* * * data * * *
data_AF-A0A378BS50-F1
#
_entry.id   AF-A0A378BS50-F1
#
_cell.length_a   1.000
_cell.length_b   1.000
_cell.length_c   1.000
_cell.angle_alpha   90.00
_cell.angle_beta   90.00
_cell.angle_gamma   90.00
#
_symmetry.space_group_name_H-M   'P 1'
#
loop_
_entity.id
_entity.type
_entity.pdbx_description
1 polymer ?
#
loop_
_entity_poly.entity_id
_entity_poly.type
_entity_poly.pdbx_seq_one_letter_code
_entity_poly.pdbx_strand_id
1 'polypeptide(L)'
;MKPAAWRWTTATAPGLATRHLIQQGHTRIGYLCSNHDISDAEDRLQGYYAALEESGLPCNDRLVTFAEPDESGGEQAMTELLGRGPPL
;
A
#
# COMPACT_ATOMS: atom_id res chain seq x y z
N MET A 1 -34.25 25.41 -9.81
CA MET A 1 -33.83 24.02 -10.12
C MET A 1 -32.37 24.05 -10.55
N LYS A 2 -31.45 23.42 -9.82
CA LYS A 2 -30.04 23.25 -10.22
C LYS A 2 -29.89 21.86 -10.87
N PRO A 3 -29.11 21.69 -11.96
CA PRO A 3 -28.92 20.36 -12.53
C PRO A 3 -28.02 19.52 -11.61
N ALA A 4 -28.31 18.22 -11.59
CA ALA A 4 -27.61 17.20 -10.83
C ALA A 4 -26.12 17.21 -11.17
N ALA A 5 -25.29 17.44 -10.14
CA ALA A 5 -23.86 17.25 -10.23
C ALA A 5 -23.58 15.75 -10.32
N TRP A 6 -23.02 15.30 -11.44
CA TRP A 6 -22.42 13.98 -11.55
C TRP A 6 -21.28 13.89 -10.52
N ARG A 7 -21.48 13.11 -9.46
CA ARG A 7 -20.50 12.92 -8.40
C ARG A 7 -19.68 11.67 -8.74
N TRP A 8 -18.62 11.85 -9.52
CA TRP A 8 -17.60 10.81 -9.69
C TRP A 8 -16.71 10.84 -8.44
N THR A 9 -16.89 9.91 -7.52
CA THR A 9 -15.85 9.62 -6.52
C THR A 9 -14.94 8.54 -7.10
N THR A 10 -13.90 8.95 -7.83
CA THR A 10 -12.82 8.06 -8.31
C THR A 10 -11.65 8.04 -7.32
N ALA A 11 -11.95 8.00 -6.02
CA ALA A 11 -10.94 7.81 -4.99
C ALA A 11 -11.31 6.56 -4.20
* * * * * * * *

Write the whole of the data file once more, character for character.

data_AF-A0A378BS50-F1
#
_entry.id   AF-A0A378BS50-F1
#
_cell.length_a   1.000
_cell.length_b   1.000
_cell.length_c   1.000
_cell.angle_alpha   90.00
_cell.angle_beta   90.00
_cell.angle_gamma   90.00
#
_symmetry.space_group_name_H-M   'P 1'
#
loop_
_entity.id
_entity.type
_entity.pdbx_description
1 polymer ?
#
loop_
_entity_poly.entity_id
_entity_poly.type
_entity_poly.pdbx_seq_one_letter_code
_entity_poly.pdbx_strand_id
1 'polypeptide(L)'
;MKPAAWRWTTATAPGLATRHLIQQGHTRIGYLCSNHDISDAEDRLQGYYAALEESGLPCNDRLVTFAEPDESGGEQAMTELLGRGPPL
;
A
#
# COMPACT_ATOMS: atom_id res chain seq x y z
N MET A 1 -34.25 25.41 -9.81
CA MET A 1 -33.83 24.02 -10.12
C MET A 1 -32.37 24.05 -10.55
N LYS A 2 -31.45 23.42 -9.82
CA LYS A 2 -30.04 23.25 -10.22
C LYS A 2 -29.89 21.86 -10.87
N PRO A 3 -29.11 21.69 -11.96
CA PRO A 3 -28.92 20.36 -12.53
C PRO A 3 -28.02 19.52 -11.61
N ALA A 4 -28.31 18.22 -11.59
CA ALA A 4 -27.61 17.20 -10.83
C ALA A 4 -26.12 17.21 -11.17
N ALA A 5 -25.29 17.44 -10.14
CA ALA A 5 -23.86 17.25 -10.23
C ALA A 5 -23.58 15.75 -10.32
N TRP A 6 -23.02 15.30 -11.44
CA TRP A 6 -22.42 13.98 -11.55
C TRP A 6 -21.28 13.89 -10.52
N ARG A 7 -21.48 13.11 -9.46
CA ARG A 7 -20.50 12.92 -8.40
C ARG A 7 -19.68 11.67 -8.74
N TRP A 8 -18.62 11.85 -9.52
CA TRP A 8 -17.60 10.81 -9.69
C TRP A 8 -16.71 10.84 -8.44
N THR A 9 -16.89 9.91 -7.52
CA THR A 9 -15.85 9.62 -6.52
C THR A 9 -14.94 8.54 -7.10
N THR A 10 -13.90 8.95 -7.83
CA THR A 10 -12.82 8.06 -8.31
C THR A 10 -11.65 8.04 -7.32
N ALA A 11 -11.95 8.00 -6.02
CA ALA A 11 -10.94 7.81 -4.99
C ALA A 11 -11.31 6.56 -4.20